So what does all this mean to us common folk, besides a hefty price tag? "A solid cruising boat you can seriously race," says Turner. With a high stability factor and a Kevlar composite skin, Turner says the hull, under racing conditions, will not deflect, the usual response of production hulls using standard lay-up schedules. That, says C&C, means more value for your money.

Like most C&C models, the 34/36+ is aesthetically appealing. A graceful sheer rises gently to the narrow forward entry. Gone is any long, rakish overhang. There's a handsome, curved transom with swing-down swim platform, and the package is tied together with a pleasingly proportioned cabin trunk boasting three hatches and twin forward side ports. With a sail area of 669 square feet, a "J" measurement, a tad shy of 15 feet, and a lofty 42-foot, six-inch mainsail hoist on an aluminum Offshore Spar section, the yacht is bound to continue to inflict serious damage on the race course.

Delivery trip

So when North South Vacations asked if I would deliver their new 34/36+ lying in New York to their Virgin Gorda fleet last January, I readily agreed. Gingerly avoiding the ice floes festooning the harbour in Cow Bay, Port Washington, we headed south. Having delivered a new 37+ for Misty Isle Yacht Charters the previous season, I was eager to compare performance (see Sept. '89 CY).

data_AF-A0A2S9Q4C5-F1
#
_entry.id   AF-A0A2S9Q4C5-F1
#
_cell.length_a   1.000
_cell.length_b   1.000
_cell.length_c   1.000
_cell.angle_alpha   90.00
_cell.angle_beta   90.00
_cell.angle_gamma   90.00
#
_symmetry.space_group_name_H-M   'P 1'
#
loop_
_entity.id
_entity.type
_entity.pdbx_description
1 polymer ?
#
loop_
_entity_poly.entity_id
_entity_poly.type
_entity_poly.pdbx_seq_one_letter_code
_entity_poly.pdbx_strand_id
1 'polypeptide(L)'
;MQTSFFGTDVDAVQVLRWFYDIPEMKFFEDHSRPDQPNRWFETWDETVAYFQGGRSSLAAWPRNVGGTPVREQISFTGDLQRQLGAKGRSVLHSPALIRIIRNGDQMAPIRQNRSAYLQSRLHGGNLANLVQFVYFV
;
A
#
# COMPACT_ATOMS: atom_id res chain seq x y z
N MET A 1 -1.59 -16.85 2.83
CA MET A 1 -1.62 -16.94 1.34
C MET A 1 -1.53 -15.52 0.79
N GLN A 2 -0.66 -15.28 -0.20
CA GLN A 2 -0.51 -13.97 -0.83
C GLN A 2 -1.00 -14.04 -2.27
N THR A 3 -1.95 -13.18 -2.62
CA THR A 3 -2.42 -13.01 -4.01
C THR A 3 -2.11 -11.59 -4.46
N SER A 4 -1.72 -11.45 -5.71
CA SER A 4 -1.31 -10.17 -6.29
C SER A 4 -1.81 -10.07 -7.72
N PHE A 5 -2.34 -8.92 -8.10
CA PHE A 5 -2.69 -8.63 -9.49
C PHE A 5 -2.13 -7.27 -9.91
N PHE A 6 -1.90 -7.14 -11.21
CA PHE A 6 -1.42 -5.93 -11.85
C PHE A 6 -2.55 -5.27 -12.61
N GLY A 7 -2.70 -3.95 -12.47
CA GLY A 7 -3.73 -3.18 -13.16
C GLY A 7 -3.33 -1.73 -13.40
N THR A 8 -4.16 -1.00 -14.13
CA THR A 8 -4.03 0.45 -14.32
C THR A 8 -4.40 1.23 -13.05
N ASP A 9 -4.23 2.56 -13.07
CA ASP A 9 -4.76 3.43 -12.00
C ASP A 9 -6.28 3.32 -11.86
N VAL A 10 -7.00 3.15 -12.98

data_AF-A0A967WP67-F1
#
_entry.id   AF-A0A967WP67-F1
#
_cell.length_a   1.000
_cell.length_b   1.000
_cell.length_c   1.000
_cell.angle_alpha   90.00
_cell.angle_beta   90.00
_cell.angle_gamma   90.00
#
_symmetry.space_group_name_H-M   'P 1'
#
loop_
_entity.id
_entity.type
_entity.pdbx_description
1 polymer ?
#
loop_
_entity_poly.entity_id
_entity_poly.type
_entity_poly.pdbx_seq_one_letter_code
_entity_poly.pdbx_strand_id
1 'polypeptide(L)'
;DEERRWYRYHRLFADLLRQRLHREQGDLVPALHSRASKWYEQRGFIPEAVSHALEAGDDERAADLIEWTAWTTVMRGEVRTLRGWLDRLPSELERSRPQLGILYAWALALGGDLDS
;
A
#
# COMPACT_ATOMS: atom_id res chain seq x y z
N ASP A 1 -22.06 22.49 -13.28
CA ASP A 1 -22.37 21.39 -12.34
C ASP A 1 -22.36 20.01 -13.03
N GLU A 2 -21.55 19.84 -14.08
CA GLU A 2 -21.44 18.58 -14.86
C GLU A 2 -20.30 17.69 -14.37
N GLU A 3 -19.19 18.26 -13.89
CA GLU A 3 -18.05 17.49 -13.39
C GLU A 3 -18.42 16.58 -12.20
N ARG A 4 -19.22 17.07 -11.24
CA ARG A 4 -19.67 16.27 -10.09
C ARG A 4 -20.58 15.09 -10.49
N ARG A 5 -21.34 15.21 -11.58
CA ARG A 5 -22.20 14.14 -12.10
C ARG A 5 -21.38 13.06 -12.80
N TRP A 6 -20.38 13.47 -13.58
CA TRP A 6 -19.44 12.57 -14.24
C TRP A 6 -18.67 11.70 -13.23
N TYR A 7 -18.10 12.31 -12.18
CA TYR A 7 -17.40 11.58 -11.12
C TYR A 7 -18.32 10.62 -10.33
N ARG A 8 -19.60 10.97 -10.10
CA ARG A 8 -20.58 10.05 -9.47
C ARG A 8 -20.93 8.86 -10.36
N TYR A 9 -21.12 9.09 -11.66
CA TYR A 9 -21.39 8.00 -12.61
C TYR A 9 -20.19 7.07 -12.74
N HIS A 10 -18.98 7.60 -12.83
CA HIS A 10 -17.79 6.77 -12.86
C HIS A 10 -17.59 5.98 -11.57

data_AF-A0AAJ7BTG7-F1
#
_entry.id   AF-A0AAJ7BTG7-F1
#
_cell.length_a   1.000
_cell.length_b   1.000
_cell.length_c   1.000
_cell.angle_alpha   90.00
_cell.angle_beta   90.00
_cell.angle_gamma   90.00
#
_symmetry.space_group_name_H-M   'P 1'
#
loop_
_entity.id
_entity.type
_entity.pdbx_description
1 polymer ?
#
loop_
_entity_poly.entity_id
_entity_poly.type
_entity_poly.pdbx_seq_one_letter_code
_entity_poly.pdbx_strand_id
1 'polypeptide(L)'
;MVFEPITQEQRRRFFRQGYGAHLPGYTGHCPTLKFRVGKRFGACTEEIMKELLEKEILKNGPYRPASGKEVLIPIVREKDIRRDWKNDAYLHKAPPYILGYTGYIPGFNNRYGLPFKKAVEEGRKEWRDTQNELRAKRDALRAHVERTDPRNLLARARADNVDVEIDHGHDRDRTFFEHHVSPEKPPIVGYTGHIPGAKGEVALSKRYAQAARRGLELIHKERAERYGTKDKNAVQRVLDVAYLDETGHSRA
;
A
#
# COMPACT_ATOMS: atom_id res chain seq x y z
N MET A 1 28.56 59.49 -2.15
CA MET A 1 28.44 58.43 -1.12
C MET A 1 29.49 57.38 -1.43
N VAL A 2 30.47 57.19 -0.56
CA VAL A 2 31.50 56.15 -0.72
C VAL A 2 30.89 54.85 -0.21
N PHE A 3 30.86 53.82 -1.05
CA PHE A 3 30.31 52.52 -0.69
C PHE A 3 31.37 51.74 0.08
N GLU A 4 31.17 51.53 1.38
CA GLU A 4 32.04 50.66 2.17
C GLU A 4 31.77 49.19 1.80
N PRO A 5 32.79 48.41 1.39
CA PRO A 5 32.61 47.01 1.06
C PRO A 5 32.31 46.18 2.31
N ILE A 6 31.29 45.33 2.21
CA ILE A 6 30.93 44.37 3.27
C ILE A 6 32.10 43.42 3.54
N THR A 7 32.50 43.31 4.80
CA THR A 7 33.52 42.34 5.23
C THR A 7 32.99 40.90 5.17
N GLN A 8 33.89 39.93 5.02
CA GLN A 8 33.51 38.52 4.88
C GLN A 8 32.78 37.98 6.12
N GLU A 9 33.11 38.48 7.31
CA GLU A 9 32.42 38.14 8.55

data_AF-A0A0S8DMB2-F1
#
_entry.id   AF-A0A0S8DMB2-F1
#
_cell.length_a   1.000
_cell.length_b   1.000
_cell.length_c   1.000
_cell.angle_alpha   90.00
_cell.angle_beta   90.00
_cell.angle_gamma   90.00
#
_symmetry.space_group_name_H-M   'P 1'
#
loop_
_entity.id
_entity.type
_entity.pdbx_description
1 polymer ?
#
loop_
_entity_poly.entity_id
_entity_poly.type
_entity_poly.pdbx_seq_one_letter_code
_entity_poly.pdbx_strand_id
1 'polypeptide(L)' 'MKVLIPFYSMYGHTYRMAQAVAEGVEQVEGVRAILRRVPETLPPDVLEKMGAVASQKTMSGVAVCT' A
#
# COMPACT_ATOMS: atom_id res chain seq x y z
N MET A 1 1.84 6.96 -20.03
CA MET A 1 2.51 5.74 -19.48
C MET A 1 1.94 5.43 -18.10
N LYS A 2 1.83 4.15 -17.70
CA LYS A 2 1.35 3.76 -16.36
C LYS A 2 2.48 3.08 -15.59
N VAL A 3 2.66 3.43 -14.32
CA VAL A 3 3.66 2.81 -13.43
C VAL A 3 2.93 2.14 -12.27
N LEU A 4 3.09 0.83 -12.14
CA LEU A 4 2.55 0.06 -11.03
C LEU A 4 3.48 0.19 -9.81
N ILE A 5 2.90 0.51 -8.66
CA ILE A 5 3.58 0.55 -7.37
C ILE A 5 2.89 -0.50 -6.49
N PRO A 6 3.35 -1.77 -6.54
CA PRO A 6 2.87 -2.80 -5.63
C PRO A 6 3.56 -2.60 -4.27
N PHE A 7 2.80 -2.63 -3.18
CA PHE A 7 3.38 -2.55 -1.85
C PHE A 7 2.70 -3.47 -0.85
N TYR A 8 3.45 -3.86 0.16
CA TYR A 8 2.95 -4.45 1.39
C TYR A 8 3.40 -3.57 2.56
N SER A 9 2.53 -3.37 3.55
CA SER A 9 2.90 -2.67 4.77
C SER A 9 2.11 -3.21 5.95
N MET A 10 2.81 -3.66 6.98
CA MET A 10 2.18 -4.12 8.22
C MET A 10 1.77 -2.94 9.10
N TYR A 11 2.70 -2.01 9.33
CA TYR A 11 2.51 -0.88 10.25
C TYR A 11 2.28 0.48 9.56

Accompanied by Bob Faulkner (an insurance broker when he's not sailing) and Roger ("I've Never Been Seasick In My Life") Tiller, an indestructible ironworker when he's not being seasick, we quickly left the confines of the harbour aboard Alegro Entende, owned by Frank Heiligenthal, and ran smack into a savage sou'wester.

For three days we were blasted. Fortunately the weather was only slightly forward of the beam, so we managed good mileage. Equipped with a Harken headsail furling system and a North slab-reefed mainsail, we were able to adjust easily our canvas as the weather dictated.

Not so easy to change or adjust was Roger's fluctuating attitude to his first offshore adventure. Fortunately, the 34/36+ cockpit is extremely user-friendly and spacious, so Roger could stretch his burly frame flat out and catch some needed sleep. And the wide side decks offered a sufficiently large kneeling surface when Roger offered his last meal to Mrs. Neptune without interfering when we tacked as the weather, in all its perversity, clocked to the north.

Seldom does a new boat receive such brutal initiation. Her resilience is a testimony to the quality of design and workmanship from C&C. For six days the yacht rode a roller coaster. She jumped of the tops of cresting waves, careened, spun around, bounced up, slammed down, stood on her head, sat on her tail and shot through the backs of solid green coamers, emerging unscathed from it all. Belowdecks resembled the inside of a washing machine. Her crew ressembled a load of laundry.